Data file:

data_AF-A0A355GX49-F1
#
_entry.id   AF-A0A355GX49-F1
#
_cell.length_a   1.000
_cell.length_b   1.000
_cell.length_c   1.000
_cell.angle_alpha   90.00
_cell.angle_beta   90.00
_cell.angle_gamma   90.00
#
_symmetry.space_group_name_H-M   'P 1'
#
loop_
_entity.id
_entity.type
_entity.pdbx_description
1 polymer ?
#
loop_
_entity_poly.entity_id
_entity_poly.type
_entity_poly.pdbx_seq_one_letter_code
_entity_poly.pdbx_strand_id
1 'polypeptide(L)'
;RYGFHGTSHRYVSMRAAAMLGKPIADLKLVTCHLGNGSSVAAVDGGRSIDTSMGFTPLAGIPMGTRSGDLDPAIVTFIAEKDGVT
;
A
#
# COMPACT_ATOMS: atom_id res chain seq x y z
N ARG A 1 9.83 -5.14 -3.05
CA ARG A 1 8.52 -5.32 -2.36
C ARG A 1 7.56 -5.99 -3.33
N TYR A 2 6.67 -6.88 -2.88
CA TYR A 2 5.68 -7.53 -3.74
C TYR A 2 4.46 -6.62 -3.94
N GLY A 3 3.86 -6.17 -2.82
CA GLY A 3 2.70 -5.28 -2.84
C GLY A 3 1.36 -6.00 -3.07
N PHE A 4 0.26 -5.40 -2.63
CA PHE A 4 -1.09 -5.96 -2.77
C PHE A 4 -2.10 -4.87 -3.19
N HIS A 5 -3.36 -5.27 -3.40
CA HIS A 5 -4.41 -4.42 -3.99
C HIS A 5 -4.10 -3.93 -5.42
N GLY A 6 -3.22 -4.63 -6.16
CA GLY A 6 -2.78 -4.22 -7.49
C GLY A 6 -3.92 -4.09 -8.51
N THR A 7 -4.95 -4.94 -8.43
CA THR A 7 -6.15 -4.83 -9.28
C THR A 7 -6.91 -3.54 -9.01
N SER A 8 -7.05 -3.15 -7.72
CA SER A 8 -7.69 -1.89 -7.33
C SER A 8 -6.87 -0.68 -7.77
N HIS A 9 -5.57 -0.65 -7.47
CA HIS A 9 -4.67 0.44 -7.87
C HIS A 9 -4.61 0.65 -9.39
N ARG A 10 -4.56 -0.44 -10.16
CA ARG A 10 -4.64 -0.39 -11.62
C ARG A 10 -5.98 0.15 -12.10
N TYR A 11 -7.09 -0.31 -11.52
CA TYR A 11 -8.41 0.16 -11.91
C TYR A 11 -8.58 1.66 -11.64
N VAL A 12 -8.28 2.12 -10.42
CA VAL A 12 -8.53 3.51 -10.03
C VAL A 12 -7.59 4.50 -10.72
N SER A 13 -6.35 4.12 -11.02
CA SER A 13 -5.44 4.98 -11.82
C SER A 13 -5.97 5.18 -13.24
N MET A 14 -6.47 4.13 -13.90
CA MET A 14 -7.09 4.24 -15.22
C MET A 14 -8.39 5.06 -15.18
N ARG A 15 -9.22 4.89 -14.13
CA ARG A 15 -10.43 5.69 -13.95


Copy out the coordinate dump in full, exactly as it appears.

data_AF-A0A355GX49-F1
#
_entry.id   AF-A0A355GX49-F1
#
_cell.length_a   1.000
_cell.length_b   1.000
_cell.length_c   1.000
_cell.angle_alpha   90.00
_cell.angle_beta   90.00
_cell.angle_gamma   90.00
#
_symmetry.space_group_name_H-M   'P 1'
#
loop_
_entity.id
_entity.type
_entity.pdbx_description
1 polymer ?
#
loop_
_entity_poly.entity_id
_entity_poly.type
_entity_poly.pdbx_seq_one_letter_code
_entity_poly.pdbx_strand_id
1 'polypeptide(L)'
;RYGFHGTSHRYVSMRAAAMLGKPIADLKLVTCHLGNGSSVAAVDGGRSIDTSMGFTPLAGIPMGTRSGDLDPAIVTFIAEKDGVT
;
A
#
# COMPACT_ATOMS: atom_id res chain seq x y z
N ARG A 1 9.83 -5.14 -3.05
CA ARG A 1 8.52 -5.32 -2.36
C ARG A 1 7.56 -5.99 -3.33
N TYR A 2 6.67 -6.88 -2.88
CA TYR A 2 5.68 -7.53 -3.74
C TYR A 2 4.46 -6.62 -3.94
N GLY A 3 3.86 -6.17 -2.82
CA GLY A 3 2.70 -5.28 -2.84
C GLY A 3 1.36 -6.00 -3.07
N PHE A 4 0.26 -5.40 -2.63
CA PHE A 4 -1.09 -5.96 -2.77
C PHE A 4 -2.10 -4.87 -3.19
N HIS A 5 -3.36 -5.27 -3.40
CA HIS A 5 -4.41 -4.42 -3.99
C HIS A 5 -4.10 -3.93 -5.42
N GLY A 6 -3.22 -4.63 -6.16
CA GLY A 6 -2.78 -4.22 -7.49
C GLY A 6 -3.92 -4.09 -8.51
N THR A 7 -4.95 -4.94 -8.43
CA THR A 7 -6.15 -4.83 -9.28
C THR A 7 -6.91 -3.54 -9.01
N SER A 8 -7.05 -3.15 -7.72
CA SER A 8 -7.69 -1.89 -7.33
C SER A 8 -6.87 -0.68 -7.77
N HIS A 9 -5.57 -0.65 -7.47
CA HIS A 9 -4.67 0.44 -7.87
C HIS A 9 -4.61 0.65 -9.39
N ARG A 10 -4.56 -0.44 -10.16
CA ARG A 10 -4.64 -0.39 -11.62
C ARG A 10 -5.98 0.15 -12.10
N TYR A 11 -7.09 -0.31 -11.52
CA TYR A 11 -8.41 0.16 -11.91
C TYR A 11 -8.58 1.66 -11.64
N VAL A 12 -8.28 2.12 -10.42
CA VAL A 12 -8.53 3.51 -10.03
C VAL A 12 -7.59 4.50 -10.72
N SER A 13 -6.35 4.12 -11.02
CA SER A 13 -5.44 4.98 -11.82
C SER A 13 -5.97 5.18 -13.24
N MET A 14 -6.47 4.13 -13.90
CA MET A 14 -7.09 4.24 -15.22
C MET A 14 -8.39 5.06 -15.18
N ARG A 15 -9.22 4.89 -14.13
CA ARG A 15 -10.43 5.69 -13.95